Traders and settlers from India and China arrived as early as the first century AD, establishing trading ports and coastal towns in the second and third centuries. Malaysia_sentence_57

Their presence resulted in strong Indian and Chinese influences on the local cultures, and the people of the Malay Peninsula adopted the religions of Hinduism and Buddhism. Malaysia_sentence_58

Sanskrit inscriptions appear as early as the fourth or fifth century. Malaysia_sentence_59

The Kingdom of Langkasuka arose around the second century in the northern area of the Malay Peninsula, lasting until about the 15th century. Malaysia_sentence_60

Between the 7th and 13th centuries, much of the southern Malay Peninsula was part of the maritime Srivijayan empire. Malaysia_sentence_61

By the 13th and the 14th century, the Majapahit empire had successfully wrested control over most of the peninsula and the Malay Archipelago from Srivijaya. Malaysia_sentence_62

Islam began to spread among Malays in the 14th century. Malaysia_sentence_63

In the early 15th century, Parameswara, a runaway king of the former Kingdom of Singapura linked to the old Srivijayan court, founded the Malacca Sultanate. Malaysia_sentence_64

Malacca was an important commercial centre during this time, attracting trade from around the region. Malaysia_sentence_65

In 1511, Malacca was conquered by Portugal, after which it was taken by the Dutch in 1641. Malaysia_sentence_66

In 1786, the British Empire established a presence in Malaya, when the Sultan of Kedah leased Penang Island to the British East India Company. Malaysia_sentence_67

The British obtained the town of Singapore in 1819, and in 1824 took control of Malacca following the Anglo-Dutch Treaty. Malaysia_sentence_68

By 1826, the British directly controlled Penang, Malacca, Singapore, and the island of Labuan, which they established as the crown colony of the Straits Settlements. Malaysia_sentence_69

By the 20th century, the states of Pahang, Selangor, Perak, and Negeri Sembilan, known together as the Federated Malay States, had British residents appointed to advise the Malay rulers, to whom the rulers were bound to defer by treaty. Malaysia_sentence_70

The remaining five states in the peninsula, known as the Unfederated Malay States, while not directly under British rule, also accepted British advisers around the turn of the 20th century. Malaysia_sentence_71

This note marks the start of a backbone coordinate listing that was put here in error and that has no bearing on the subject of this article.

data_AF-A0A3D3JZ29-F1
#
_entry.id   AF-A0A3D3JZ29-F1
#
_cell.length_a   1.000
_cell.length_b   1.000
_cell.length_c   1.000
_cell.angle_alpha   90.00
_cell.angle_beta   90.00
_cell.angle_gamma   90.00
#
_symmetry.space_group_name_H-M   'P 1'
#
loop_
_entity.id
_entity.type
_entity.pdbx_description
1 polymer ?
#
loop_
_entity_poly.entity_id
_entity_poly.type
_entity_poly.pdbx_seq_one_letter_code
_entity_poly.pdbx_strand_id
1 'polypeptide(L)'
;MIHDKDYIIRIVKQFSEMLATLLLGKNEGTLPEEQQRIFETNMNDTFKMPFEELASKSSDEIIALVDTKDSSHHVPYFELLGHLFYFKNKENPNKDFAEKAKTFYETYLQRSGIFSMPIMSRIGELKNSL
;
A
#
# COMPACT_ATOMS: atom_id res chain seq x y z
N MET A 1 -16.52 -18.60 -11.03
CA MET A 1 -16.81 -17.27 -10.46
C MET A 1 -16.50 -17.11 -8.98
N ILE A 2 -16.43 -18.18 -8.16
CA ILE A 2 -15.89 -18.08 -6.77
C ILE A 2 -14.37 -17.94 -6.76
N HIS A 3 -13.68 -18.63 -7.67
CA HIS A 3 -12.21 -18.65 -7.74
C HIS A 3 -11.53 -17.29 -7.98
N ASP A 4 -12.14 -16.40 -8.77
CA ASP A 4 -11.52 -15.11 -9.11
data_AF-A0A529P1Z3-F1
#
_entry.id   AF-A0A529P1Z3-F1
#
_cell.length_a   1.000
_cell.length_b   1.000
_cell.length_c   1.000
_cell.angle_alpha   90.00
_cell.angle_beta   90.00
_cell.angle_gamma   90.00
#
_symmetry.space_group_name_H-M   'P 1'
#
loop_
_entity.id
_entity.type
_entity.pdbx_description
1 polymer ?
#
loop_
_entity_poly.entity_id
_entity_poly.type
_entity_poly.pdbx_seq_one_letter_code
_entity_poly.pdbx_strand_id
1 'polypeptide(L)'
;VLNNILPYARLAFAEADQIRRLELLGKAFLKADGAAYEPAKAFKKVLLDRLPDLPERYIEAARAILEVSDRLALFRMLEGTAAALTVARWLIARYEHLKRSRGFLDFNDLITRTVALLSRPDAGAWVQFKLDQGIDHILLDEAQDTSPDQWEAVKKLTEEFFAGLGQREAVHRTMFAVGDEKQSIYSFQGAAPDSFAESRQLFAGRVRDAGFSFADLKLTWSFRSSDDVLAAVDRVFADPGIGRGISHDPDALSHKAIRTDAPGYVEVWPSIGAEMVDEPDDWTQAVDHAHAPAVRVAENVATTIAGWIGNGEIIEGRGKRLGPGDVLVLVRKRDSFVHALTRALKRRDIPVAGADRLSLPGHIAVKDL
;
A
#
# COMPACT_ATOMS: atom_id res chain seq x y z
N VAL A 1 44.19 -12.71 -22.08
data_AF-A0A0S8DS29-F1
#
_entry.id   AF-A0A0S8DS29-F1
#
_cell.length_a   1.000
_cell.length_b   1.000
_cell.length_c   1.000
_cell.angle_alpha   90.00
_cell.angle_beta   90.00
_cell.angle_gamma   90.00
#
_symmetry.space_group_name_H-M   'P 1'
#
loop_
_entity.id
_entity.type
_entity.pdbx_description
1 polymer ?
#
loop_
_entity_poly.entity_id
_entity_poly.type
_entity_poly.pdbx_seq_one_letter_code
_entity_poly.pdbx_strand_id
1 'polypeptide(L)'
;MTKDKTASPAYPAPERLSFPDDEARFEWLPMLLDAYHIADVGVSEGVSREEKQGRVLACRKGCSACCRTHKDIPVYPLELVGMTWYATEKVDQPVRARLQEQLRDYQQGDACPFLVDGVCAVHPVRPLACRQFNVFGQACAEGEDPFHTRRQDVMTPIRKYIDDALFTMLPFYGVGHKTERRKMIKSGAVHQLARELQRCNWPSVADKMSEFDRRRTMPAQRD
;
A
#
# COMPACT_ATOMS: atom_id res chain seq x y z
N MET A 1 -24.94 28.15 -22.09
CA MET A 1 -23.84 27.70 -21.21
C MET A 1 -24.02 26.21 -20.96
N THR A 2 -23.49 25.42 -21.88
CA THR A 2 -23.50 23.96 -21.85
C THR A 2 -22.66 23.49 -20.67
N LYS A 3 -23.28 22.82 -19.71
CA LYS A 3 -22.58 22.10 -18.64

Development on the peninsula and Borneo were generally separate until the 19th century. Malaysia_sentence_72

Under British rule the immigration of Chinese and Indians to serve as labourers was encouraged. Malaysia_sentence_73

The area that is now Sabah came under British control as North Borneo when both the Sultan of Brunei and the Sultan of Sulu transferred their respective territorial rights of ownership, between 1877 and 1878. Malaysia_sentence_74

In 1842, Sarawak was ceded by the Sultan of Brunei to James Brooke, whose successors ruled as the White Rajahs over an independent kingdom until 1946, when it became a crown colony. Malaysia_sentence_75

In the Second World War, the Japanese Army invaded and occupied Malaya, North Borneo, Sarawak, and Singapore for over three years. Malaysia_sentence_76

During this time, ethnic tensions were raised and nationalism grew. Malaysia_sentence_77

Popular support for independence increased after Malaya was reconquered by Allied forces. Malaysia_sentence_78

Post-war British plans to unite the administration of Malaya under a single crown colony called the "Malayan Union" met with strong opposition from the Malays, who opposed the weakening of the Malay rulers and the granting of citizenship to the ethnic Chinese. Malaysia_sentence_79

The Malayan Union, established in 1946, and consisting of all the British possessions in the Malay Peninsula with the exception of Singapore, was quickly dissolved and replaced on 1 February 1948 by the Federation of Malaya, which restored the autonomy of the rulers of the Malay states under British protection. Malaysia_sentence_80